Equinoxes and the circadian rhythm
The spring and autumn equinoxes lie halfway between the shortest and longest days of the year. At these points, day and night are mostly even lengths all over the world.
These conditions may suit the human circadian rhythm - the daily cycle that affects the body's sleep, wake, eat, and other biological processes. The benefits of a well-entrained body clock include modifying your metabolism, decreasing cardiovascular disease and better eyesight.
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For people living in the northern hemisphere, spring has two official start dates.
Meteorologists consider 1 March a spring day, according to the seasons formalised in the 1900s. However, the astronomical seasons show spring starting at the vernal equinox, which falls on 20 March.
The good light at the onset of spring is brighter and makes spring feel so central. Daylight is noticeably increasing in length, and the sky is bluer.
Bright light can make us happier. It can be as effective in treating depression as Prozac. Some data reveals that light exposure during the day is related to the quality of sleep, which will affect emotions and systemic health.
Research associates a deficiency in vitamin D with depression. Spring is when we can expect to start making vitamin D from sun exposure.
However, if the UV index is less than two, then you will not make enough vitamin D in a reasonable time. To get the full benefit, you have to expose unprotected skin.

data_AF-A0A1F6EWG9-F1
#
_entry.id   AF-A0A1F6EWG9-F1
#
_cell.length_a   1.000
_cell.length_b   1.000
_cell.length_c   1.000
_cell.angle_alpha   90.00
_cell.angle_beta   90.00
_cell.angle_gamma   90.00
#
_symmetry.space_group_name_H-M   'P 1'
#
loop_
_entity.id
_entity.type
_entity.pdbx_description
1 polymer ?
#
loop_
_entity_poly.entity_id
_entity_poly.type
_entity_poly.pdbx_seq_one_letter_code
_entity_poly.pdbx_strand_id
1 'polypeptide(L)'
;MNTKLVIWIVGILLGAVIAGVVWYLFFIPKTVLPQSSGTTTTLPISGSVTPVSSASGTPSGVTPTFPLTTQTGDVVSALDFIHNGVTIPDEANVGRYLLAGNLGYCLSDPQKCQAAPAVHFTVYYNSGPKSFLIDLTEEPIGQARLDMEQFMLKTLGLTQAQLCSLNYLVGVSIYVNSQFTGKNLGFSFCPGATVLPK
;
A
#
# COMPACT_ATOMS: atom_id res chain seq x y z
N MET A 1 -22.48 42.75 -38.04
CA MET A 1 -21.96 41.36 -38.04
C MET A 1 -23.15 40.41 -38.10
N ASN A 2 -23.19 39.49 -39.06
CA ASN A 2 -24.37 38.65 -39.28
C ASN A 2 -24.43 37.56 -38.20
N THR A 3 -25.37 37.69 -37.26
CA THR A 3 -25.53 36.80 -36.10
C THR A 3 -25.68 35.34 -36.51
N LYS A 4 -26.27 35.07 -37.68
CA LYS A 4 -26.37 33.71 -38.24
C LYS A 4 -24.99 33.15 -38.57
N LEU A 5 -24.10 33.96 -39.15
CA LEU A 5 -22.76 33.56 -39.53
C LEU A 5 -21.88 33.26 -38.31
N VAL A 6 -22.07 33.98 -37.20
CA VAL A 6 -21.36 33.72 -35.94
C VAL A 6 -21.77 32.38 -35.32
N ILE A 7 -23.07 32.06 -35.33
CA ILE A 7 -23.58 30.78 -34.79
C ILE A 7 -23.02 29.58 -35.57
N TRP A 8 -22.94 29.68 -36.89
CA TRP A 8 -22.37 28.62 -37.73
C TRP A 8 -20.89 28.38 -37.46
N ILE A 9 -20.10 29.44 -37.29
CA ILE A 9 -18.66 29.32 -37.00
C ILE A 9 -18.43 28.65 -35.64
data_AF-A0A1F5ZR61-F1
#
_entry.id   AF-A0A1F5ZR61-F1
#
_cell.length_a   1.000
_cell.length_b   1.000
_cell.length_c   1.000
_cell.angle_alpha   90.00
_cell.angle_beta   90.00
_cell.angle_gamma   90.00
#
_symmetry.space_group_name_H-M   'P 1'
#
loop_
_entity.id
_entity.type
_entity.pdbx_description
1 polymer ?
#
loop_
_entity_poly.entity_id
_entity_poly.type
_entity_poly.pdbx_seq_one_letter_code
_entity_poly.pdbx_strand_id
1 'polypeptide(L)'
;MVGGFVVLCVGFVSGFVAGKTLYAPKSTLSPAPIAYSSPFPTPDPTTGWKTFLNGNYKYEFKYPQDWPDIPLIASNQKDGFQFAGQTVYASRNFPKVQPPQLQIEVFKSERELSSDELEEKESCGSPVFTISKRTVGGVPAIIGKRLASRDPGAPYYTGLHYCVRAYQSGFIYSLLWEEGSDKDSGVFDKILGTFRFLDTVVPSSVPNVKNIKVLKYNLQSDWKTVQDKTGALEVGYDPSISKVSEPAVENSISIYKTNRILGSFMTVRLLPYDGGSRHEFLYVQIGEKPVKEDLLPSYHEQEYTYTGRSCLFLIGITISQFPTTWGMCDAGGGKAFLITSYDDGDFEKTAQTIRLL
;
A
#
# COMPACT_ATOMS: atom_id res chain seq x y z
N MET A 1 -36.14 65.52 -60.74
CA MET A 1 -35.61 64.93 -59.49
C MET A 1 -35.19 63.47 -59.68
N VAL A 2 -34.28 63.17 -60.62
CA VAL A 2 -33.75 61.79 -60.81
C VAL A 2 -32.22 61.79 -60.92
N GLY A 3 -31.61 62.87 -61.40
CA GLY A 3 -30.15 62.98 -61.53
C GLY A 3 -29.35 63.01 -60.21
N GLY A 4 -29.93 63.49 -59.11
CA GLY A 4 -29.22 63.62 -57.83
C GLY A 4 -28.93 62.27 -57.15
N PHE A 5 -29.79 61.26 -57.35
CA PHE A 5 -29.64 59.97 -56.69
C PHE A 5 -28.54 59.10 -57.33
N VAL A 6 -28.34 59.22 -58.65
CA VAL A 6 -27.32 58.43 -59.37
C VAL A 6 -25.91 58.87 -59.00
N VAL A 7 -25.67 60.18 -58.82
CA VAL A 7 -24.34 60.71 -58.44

From a medical standpoint, depression is defined as a mood disorder that causes a persistent feeling of depressed mood or sadness and the often profound loss of interest in things that usually bring you pleasure.
Depression affects how you feel, think, and behave and can interfere with your ability to function and carry on with daily life. There are many different causes of depression, some of which we don't fully understand.
Seven of the more common types of depression include the following.
The reason we like fireworks so much: they scare us.
Star walking is turning out to be a welcome antidote for pandemic times. By visiting hills and valleys after sunset, outdoor enthusiasts not only gain all the health benefits of being in nature, they find empty trails unfolding under a limitless night sky.
Hiking at night isn’t uncommon. Plenty of people hike after dark to get to campsites or watch the sunrise from a mountaintop. Star walking goes a step further by blending hiking with stargazing.
Rather than heading to an observatory or setting up a telescope in your backyard, star walking takes you on a brief journey to look at the stars from different viewpoints.
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